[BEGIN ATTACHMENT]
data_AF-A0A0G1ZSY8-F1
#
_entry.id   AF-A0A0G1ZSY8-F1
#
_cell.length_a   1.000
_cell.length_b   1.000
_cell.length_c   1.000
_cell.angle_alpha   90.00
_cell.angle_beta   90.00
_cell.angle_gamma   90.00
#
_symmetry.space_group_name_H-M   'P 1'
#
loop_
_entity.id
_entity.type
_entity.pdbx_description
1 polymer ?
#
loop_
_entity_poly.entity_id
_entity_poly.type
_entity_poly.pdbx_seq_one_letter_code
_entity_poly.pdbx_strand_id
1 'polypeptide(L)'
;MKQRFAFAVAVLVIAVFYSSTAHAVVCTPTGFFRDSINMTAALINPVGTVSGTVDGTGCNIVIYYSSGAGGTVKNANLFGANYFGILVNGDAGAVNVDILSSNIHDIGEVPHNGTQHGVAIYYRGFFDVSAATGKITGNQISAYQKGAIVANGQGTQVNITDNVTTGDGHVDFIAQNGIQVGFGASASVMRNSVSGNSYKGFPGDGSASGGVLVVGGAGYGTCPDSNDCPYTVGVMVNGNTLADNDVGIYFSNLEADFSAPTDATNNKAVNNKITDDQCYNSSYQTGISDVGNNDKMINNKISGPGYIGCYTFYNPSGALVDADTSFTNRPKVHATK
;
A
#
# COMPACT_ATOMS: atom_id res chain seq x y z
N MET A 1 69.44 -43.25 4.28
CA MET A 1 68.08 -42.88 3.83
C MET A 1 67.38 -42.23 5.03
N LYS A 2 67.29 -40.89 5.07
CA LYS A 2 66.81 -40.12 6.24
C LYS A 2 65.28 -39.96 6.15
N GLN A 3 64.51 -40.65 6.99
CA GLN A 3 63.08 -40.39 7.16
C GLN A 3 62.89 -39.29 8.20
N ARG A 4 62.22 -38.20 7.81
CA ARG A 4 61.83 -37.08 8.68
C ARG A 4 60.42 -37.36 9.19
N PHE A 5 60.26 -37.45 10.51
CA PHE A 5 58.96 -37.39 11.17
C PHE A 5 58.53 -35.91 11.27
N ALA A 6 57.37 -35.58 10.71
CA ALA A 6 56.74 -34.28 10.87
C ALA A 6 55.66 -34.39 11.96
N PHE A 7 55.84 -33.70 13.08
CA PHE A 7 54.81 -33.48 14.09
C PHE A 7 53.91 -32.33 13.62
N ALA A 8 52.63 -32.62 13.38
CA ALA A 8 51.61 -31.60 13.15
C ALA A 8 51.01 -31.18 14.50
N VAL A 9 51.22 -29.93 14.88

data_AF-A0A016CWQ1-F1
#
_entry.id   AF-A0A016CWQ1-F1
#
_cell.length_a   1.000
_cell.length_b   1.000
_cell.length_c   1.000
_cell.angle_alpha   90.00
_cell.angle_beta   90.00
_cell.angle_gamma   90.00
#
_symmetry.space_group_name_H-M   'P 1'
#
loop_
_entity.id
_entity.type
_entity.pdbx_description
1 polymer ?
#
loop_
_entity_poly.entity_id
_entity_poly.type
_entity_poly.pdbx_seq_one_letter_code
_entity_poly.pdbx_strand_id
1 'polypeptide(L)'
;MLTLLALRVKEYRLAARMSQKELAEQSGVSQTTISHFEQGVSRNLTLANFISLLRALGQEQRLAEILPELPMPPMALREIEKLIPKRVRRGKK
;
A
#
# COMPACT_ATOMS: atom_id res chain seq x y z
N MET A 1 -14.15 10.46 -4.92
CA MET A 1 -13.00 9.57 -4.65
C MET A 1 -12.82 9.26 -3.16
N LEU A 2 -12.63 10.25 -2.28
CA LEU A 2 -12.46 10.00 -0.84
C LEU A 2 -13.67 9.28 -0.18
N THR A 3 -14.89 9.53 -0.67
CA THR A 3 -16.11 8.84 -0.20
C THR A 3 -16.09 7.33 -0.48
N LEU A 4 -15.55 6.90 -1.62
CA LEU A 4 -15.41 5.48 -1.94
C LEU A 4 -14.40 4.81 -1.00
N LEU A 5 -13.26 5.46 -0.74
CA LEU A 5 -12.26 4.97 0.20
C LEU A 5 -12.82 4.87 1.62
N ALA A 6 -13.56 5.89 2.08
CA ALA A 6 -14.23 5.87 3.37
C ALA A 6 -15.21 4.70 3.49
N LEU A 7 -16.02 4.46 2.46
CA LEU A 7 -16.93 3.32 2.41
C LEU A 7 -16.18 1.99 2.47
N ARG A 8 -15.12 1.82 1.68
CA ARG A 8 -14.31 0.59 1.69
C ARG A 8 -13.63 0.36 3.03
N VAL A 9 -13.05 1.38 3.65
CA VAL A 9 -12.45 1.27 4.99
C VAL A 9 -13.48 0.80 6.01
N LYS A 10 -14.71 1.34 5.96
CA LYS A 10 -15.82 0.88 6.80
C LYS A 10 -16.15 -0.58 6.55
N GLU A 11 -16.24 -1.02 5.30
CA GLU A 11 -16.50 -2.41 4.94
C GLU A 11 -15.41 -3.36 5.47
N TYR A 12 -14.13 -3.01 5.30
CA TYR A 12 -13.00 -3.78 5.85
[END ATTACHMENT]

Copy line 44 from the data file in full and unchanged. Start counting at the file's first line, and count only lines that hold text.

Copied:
CA PHE A 5 58.96 -37.39 11.17